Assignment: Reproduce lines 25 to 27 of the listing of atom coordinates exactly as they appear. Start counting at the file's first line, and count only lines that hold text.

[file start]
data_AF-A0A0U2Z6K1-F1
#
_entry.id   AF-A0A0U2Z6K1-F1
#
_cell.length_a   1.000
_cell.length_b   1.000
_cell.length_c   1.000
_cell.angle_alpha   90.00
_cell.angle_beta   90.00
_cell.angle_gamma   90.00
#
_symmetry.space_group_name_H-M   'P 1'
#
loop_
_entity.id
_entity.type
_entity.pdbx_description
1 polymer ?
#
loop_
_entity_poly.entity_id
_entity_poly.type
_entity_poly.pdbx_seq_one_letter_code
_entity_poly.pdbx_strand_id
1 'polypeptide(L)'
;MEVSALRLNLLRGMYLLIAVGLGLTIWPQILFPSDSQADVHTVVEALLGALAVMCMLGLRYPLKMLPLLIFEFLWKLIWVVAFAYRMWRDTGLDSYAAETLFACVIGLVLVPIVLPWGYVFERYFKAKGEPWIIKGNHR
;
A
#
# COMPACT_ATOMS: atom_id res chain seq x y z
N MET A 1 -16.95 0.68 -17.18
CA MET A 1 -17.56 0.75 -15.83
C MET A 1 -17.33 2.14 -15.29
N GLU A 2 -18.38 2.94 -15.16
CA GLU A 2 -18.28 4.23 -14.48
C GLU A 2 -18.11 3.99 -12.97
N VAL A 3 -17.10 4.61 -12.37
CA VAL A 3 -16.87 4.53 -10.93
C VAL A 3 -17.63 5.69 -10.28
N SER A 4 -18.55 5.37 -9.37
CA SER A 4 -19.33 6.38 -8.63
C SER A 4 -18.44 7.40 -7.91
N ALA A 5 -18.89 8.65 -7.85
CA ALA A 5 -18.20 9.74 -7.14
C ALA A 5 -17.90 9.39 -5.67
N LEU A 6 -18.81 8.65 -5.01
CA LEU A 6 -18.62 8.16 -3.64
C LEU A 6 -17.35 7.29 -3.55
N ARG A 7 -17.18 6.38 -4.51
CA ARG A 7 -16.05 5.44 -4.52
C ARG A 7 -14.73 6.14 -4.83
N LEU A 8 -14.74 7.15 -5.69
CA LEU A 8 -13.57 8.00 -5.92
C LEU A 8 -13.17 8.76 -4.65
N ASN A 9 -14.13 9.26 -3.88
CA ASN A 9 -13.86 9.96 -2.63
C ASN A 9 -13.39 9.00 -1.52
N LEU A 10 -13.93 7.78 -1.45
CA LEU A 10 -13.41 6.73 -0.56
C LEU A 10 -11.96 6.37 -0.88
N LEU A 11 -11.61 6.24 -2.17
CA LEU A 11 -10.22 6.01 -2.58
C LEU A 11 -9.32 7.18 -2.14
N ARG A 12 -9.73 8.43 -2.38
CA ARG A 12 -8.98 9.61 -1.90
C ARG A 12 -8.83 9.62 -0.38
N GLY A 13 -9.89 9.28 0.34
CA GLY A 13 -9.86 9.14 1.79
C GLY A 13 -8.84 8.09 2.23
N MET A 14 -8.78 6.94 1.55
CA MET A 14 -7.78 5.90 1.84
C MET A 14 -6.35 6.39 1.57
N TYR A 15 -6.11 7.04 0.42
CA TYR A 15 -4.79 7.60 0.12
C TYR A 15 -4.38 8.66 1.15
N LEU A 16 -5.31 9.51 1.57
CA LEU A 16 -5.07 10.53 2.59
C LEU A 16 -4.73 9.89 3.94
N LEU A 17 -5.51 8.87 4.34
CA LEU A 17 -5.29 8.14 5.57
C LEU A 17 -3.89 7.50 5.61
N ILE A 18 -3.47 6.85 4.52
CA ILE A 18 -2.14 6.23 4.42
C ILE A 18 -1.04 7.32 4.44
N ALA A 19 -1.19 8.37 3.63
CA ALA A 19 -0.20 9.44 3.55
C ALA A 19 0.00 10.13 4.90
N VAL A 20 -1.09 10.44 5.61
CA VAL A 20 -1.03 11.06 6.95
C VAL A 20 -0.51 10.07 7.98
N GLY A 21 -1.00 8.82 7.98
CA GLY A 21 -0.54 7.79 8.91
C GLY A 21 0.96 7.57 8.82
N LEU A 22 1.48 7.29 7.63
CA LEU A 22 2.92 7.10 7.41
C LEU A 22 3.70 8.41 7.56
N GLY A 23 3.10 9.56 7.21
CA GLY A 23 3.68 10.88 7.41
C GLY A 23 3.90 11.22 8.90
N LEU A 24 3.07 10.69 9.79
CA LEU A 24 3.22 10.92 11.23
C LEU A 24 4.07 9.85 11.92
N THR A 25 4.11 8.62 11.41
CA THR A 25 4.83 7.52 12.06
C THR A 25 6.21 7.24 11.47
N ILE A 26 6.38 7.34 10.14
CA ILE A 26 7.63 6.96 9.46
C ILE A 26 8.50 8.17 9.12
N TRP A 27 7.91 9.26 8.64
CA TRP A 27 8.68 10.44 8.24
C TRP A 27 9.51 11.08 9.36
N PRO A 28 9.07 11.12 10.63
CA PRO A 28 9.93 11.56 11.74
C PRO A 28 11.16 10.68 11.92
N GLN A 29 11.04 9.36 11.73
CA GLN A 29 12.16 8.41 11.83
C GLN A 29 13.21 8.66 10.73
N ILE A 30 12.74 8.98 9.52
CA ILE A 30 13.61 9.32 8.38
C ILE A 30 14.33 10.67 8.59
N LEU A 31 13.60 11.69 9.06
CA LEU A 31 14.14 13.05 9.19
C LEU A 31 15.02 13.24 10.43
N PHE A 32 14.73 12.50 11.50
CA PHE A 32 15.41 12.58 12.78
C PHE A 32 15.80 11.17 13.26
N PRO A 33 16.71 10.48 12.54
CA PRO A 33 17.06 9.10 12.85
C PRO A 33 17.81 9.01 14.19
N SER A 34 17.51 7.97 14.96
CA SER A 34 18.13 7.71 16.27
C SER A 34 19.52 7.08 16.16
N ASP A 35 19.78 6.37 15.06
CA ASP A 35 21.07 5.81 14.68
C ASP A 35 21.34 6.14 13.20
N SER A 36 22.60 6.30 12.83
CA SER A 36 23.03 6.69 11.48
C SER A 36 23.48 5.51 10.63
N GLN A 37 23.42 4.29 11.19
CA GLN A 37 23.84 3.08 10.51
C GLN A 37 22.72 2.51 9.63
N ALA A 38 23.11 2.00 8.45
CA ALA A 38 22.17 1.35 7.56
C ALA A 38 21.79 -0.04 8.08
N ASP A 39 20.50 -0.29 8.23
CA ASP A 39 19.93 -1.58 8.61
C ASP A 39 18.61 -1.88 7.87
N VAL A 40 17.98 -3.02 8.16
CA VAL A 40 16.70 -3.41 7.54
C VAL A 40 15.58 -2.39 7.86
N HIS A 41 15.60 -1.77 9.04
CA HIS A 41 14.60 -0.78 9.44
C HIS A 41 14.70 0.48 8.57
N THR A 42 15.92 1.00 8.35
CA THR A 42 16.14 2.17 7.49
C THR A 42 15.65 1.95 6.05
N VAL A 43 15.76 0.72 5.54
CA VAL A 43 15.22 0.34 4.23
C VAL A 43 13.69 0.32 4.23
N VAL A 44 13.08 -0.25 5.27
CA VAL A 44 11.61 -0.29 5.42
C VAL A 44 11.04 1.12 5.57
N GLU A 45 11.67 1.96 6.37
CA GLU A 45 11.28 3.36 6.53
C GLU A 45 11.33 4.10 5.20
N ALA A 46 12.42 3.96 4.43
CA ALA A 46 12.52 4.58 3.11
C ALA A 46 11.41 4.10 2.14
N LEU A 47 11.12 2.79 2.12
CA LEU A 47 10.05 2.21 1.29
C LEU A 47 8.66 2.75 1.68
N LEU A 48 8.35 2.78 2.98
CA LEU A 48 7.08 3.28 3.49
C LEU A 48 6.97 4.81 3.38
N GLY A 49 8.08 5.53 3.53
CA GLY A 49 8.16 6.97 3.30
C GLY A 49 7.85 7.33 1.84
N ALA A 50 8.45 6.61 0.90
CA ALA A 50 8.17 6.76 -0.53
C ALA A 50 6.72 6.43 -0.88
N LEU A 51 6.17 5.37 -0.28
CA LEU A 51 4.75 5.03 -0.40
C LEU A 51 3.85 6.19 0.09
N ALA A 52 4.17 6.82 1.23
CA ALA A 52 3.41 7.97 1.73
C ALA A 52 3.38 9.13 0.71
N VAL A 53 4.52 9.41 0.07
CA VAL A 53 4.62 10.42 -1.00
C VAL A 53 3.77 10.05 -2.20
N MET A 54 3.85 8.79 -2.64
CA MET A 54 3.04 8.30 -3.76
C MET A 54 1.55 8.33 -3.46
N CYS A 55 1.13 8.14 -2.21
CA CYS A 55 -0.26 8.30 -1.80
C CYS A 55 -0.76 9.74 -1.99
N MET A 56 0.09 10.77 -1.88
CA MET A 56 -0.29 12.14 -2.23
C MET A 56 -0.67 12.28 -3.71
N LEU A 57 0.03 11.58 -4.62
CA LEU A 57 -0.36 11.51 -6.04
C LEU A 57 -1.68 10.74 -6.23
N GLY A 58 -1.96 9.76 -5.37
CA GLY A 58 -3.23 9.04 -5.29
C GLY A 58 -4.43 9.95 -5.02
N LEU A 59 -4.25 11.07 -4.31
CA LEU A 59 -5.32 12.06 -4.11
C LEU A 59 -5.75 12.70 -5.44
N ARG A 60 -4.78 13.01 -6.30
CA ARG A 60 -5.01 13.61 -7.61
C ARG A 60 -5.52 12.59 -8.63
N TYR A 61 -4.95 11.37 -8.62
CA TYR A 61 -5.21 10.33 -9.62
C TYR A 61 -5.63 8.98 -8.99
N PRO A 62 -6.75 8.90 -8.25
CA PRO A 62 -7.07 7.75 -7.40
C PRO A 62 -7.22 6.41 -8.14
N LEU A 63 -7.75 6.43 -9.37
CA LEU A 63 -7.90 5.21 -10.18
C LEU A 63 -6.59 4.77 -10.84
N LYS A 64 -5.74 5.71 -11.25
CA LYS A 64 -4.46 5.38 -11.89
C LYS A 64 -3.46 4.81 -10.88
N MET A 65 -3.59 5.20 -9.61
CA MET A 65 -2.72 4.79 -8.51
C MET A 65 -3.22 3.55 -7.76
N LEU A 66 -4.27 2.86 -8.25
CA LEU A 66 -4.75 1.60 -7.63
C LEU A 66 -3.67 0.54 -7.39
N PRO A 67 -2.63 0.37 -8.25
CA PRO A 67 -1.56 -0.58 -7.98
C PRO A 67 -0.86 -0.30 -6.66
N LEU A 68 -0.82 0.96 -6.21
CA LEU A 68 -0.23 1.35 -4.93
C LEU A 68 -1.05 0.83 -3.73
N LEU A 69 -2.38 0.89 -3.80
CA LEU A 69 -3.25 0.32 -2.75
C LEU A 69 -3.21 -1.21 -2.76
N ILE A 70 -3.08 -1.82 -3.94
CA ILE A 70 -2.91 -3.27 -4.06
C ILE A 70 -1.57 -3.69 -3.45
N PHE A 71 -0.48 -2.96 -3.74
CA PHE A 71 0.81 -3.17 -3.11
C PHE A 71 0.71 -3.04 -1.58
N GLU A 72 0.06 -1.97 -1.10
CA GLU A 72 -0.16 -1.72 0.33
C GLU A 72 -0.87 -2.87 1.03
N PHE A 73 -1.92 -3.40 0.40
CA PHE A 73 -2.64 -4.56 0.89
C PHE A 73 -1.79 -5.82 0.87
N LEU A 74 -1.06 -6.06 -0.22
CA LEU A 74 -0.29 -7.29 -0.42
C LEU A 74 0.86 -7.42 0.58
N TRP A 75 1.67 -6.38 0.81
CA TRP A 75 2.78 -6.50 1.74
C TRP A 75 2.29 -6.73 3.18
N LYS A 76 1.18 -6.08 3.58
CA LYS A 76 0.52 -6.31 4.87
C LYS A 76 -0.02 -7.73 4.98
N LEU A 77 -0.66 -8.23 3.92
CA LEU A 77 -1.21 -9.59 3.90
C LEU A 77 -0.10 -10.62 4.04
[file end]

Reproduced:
1 'polypeptide(L)'
;MEVSALRLNLLRGMYLLIAVGLGLTIWPQILFPSDSQADVHTVVEALLGALAVMCMLGLRYPLKMLPLLIFEFLWKLIWVVAFAYRMWRDTGLDSYAAETLFACVIGLVLVPIVLPWGYVFERYFKAKGEPWIIKGNHR
;